Step On The Gas

If we are to believe you, then step on the gas.

By Mark Riffey

Last week, Montana’s Public Service Commission (PSC) commissioners stirred up a bit of a fuss with the state’s telecom system owners – much less the rest of us, the customers who depend on their often-subsidized services.

What services, you ask? Services that Montana businesses and families use to run businesses, talk to relatives and friends and occasionally fib to the spouse about when we’ll be off the river.

The services I’m speaking of ? Telecom – telephone and internet service.

What’s the fuss about?

The fuss came about as the 26 partially subsidized telecommunications companies (who were not in the room during this discussion) and some of their clients eventually found out that there was a movement among the commissioners to reject rural telecom funding. This would be the same funding that recently required them to complete Federal and state certification activities, so that (among other things) they could qualify to receive these funds.

One of the commissioners was quoted discussing it in the context of Federal laws that redistribute wealth. He noted that these telecom businesses should go it alone without ratepayer largess – suggesting that others take no funding, like AT&T and VerizonUnfortunately, that isn’t accurate. Here’s a $100 million example from AT&T’s public policy site. Print readers, see http://www.attpublicpolicy.com/universal-service/att-to-deploy-broadband-under-fccs-connect-america-fund-program/ and https://en.wikipedia.org/wiki/Universal_Service_Fund

The gist of the discussion was that these 26 businesses should find a way to profit without Federal telecom subsidies or they should die – like the rest of Montana’s business owners are expected to do. More on that in a moment.

Today’s lesson for the regulated: Be in the room to protect your business, no matter how boring it is.

When it comes to politics, boring is good

People hate boring these days. Bored people in boring commission meetings eventually give up on the meetings because they’re boring. These bored people apparently feel they have something better to do, like return to their office (ie: the local coffee shop) so they can read email and check their Facebook (or at least doing something constructive like fly fishing) rather than watching these five guys yammer on about electricity or sewage or whatever.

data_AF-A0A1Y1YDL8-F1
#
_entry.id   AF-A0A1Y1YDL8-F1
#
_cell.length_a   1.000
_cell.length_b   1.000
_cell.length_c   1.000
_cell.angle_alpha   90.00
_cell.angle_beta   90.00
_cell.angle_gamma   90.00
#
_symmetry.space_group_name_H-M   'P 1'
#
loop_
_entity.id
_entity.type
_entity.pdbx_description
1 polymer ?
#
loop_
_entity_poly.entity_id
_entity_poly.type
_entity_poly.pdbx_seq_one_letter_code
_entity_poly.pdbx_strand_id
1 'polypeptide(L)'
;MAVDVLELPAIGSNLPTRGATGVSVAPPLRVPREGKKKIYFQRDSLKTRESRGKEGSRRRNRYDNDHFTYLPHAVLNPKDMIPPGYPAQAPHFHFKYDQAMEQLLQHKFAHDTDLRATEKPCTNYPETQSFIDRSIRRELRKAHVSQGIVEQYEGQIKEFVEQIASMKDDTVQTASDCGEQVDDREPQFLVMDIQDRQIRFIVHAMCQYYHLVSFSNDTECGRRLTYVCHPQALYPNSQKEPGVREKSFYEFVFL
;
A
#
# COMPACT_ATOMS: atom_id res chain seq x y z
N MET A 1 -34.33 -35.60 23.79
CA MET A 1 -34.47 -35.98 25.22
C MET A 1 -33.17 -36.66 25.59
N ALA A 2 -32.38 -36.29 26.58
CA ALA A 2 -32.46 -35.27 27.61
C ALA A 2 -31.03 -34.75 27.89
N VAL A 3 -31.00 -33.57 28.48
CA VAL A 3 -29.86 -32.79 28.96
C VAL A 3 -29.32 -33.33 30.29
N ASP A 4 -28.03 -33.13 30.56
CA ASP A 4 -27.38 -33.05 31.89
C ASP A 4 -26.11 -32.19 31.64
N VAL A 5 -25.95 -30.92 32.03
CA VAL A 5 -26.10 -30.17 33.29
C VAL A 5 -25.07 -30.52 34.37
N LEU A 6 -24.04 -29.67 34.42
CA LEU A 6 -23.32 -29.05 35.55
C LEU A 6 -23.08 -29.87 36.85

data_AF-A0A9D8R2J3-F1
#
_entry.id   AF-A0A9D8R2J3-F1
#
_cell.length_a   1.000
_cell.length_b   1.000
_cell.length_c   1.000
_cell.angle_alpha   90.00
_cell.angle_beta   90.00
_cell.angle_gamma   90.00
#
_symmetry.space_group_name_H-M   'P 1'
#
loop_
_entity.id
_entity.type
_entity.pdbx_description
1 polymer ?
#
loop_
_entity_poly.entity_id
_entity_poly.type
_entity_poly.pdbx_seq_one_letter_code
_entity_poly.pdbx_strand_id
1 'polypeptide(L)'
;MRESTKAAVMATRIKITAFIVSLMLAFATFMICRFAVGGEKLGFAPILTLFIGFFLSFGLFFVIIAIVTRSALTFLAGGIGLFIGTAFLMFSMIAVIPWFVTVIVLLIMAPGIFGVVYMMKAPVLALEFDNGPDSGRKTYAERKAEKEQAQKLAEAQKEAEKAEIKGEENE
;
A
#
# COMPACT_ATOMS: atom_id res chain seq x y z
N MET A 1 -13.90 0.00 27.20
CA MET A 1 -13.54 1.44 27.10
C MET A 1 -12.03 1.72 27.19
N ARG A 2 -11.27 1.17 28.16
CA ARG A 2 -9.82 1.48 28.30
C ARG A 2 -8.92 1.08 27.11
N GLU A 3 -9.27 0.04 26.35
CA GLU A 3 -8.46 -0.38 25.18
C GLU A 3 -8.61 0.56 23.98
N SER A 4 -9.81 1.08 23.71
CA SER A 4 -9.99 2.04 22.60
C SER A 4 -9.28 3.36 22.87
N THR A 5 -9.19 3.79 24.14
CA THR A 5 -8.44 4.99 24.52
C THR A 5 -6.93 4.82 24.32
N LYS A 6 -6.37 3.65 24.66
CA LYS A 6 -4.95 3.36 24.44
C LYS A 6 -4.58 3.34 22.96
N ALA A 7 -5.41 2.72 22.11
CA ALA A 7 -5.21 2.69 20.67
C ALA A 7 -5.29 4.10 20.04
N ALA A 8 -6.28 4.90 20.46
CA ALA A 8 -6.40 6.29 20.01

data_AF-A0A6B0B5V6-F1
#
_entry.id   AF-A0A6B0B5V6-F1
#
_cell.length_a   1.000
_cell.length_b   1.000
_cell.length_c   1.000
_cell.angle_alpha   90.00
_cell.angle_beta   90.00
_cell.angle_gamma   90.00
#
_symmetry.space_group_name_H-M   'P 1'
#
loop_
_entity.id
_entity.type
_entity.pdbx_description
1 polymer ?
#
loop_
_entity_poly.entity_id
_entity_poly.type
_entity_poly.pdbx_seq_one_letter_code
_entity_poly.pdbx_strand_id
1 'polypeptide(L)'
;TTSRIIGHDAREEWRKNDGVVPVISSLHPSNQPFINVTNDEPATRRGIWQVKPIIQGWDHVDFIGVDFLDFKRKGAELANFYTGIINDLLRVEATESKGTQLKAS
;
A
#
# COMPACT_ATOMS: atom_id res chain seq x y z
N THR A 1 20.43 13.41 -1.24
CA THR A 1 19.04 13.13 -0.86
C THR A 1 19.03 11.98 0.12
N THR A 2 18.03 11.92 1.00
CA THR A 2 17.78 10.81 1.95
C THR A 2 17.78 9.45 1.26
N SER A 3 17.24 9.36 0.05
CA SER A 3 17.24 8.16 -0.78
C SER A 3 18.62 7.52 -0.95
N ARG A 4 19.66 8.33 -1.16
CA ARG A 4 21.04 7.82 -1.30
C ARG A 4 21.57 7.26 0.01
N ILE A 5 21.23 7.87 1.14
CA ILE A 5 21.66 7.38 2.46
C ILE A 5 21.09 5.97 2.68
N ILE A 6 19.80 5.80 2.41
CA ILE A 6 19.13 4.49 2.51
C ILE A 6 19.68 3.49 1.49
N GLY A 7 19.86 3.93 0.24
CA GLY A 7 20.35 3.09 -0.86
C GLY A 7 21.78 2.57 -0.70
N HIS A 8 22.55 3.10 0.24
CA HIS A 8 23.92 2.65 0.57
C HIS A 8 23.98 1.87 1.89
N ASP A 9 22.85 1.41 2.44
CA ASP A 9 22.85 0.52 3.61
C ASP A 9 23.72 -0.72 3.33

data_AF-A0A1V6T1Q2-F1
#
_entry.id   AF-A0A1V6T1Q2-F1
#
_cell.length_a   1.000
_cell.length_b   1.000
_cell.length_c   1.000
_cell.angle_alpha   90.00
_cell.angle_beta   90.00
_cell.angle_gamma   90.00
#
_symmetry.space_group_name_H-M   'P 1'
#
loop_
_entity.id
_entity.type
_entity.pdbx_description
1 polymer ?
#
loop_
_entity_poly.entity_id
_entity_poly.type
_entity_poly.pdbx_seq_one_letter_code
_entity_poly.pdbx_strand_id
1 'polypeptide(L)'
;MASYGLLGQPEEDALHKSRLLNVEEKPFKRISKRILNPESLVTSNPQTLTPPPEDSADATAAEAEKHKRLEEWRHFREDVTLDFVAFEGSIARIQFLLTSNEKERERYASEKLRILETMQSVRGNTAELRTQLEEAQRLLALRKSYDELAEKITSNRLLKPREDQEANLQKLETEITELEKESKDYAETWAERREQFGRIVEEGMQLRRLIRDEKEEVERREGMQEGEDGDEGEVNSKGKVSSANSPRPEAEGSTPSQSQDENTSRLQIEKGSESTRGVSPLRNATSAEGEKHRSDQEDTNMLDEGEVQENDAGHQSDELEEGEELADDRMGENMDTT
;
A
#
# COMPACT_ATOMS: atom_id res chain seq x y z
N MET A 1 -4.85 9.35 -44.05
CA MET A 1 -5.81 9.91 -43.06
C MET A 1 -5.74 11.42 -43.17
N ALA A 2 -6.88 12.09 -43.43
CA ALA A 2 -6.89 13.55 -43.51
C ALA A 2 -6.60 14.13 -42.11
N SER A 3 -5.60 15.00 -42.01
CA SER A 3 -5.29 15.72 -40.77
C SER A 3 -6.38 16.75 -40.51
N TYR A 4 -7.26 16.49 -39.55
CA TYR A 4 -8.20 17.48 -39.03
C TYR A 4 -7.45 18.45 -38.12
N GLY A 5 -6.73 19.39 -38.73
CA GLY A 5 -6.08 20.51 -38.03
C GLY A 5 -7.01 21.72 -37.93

Until it isn’t boring anymore.

You see… Boring is good when it comes to groups of legislators in an otherwise empty room.

The rest of us profit or die

While the rest of us are expected to profit or die without help, we still get help here and there. Montanans benefit (or benefited) from all sorts of “takings” legislation including the Federal Highway bill, the Farm Bill, rural electrification, controlling the Columbia system as well as the Mississippi and Missouri (ie: hydro power) and a litany of other projects. While almost none of us enjoy paying taxes, we’ve become a bit hypocritical about it. We’re quick to label these things as wealth redistribution, while in the next moment, we vote to send a bill along its winding road to becoming law again because we have to polish someone else’s crown long enough for them to remember to polish ours when our turn comes.

And then we fight for the military installation, the Interstate and so on, not admitting to ourselves that in some form those are takings too – particularly for Montana. When you drive that silky smooth interstate from Billings to Wyola, it feels a little smoother when you realize that some poor schlep in New Jersey helped pay for it.

So the process is that you complain about these bills long enough to make it look like you’re one of the good guys, and then vote for the bill anyway. Some call it hypocritical. Others say it’s how the system works.

Getting taken seriously is tough

Regardless of your political persuasion, it’s tough to be taken seriously when you vote against something for strong reasons and then vote for it. To the people back home who sent you to that big chair – this isn’t a game. When you speak as if you hold these values dearly and then you sit in the big chair and act inconsistent with the words that recently came out of your mouth, it creates problems. If you believe what you say, why is it so hard to stick to your vote and accept whatever results from it?

Is that a reasonable expectation?

PS: You can see the names of the 26 telecom companies on the left side of this page.

Want to learn more about Mark or ask him to write about a strategic, operations or marketing problem? See Mark’s sitecontact him on Twitter, or email him at mriffey@flatheadbeacon.com.

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